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Technology improves learning process

Story by Katie Ericson

New technology brings about new questions? Professors share their opinion on technology in the classroom.

With wireless Internet available all across campus and the new iPhone about to come out, technology is a large part of our lives. However, the balance between school and technology can be a tricky one. Some people believe it simply does not belong in classrooms —— that it disrupts the educational atmosphere.

Politics and international relations professor Debra DeLaet disagrees. She allows her students to use laptops to take notes in class, though she acknowledges the worries of others.

“I know that many faculty worry that students are using their computers to read and respond to emails or to check Facebook. I am willing to take that risk,” DeLaet said.

The point DeLaet brings up is that students can use their laptops and even smart phones to look up information that is relevant to the class discussion.

While it is important for students to study and read their assignments before class, conversations can take unexpected turns and call for knowledge that was not in the material. Then, technology can help by bringing specific examples and information to light.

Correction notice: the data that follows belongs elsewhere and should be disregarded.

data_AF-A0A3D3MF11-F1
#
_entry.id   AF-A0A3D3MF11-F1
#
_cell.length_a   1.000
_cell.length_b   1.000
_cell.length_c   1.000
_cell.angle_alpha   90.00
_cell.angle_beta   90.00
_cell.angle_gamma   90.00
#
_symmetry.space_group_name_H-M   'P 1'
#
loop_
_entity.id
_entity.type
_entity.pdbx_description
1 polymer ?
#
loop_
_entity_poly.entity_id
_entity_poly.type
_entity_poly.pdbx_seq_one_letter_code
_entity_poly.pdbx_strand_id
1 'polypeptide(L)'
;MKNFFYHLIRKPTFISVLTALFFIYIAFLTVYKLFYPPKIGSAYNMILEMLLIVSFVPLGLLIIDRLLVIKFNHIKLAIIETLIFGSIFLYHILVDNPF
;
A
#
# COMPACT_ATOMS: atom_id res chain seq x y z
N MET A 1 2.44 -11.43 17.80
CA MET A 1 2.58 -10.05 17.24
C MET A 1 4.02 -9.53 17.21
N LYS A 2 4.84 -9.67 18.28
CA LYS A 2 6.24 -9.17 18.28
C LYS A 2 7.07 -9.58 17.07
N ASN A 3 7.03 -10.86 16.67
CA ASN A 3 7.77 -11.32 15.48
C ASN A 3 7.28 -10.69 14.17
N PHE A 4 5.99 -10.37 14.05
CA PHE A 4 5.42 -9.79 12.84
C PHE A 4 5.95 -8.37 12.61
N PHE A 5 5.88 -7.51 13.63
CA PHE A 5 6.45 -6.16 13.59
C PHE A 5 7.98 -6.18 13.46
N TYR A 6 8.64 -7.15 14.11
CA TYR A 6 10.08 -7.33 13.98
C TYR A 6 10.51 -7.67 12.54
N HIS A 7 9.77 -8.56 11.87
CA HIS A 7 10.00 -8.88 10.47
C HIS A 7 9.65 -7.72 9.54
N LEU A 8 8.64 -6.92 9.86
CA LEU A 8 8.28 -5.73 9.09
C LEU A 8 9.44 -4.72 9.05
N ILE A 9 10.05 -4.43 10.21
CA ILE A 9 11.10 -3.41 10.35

Professor Arthur Sanders has an even more accepting policy. A professor of politics, Sanders explained that he allows all technology in his classroom, including live tweets that are displayed on the classroom screen. He explained that this form of social media allows students to voice questions that may not have been addressed yet to the entire group.

While this rule does then allow students to use the social site, Sanders has a simple policy that addresses the issue, “You are adults. Do not disturb others.”

Many classes have formed groups and forums on social media sites. There are Facebook pages for the Drake University English Department, honors society and human rights forum. Students can post about international issues, job opportunities and related events in Des Moines. It also allows for students to connect to alumni and teachers outside of the classroom. They can ask questions about their field or advice about topics such as graduate school applications.

While social media and smart phones are controversial classroom items, email has long been accepted as a part of academic communication. However, with students writing emails from their phones and tablets, there is a question as to how formal these emails should be.

Allan Vestal, dean of the Drake University Law School, explained that he does not mind receiving informal emails, but that they should be sensible and purposeful messages.

“Many emails would benefit from one last look before being sent,” Vestal said.

Especially with autocorrect enabled on smart phones, it is important to make sure that words are not misspelled in emails. Both professors DeLaet and Sanders agreed with Vestal, stating that formality is not an issue with emails. Instead they highlighted respect as the more important feature. Professor Sanders added that this respectful tone should also be extended to any other messages, such as those sent via Twitter.

There are still some claim technology should not be included in classrooms, but more and more professors are accepting the devices into their classrooms.

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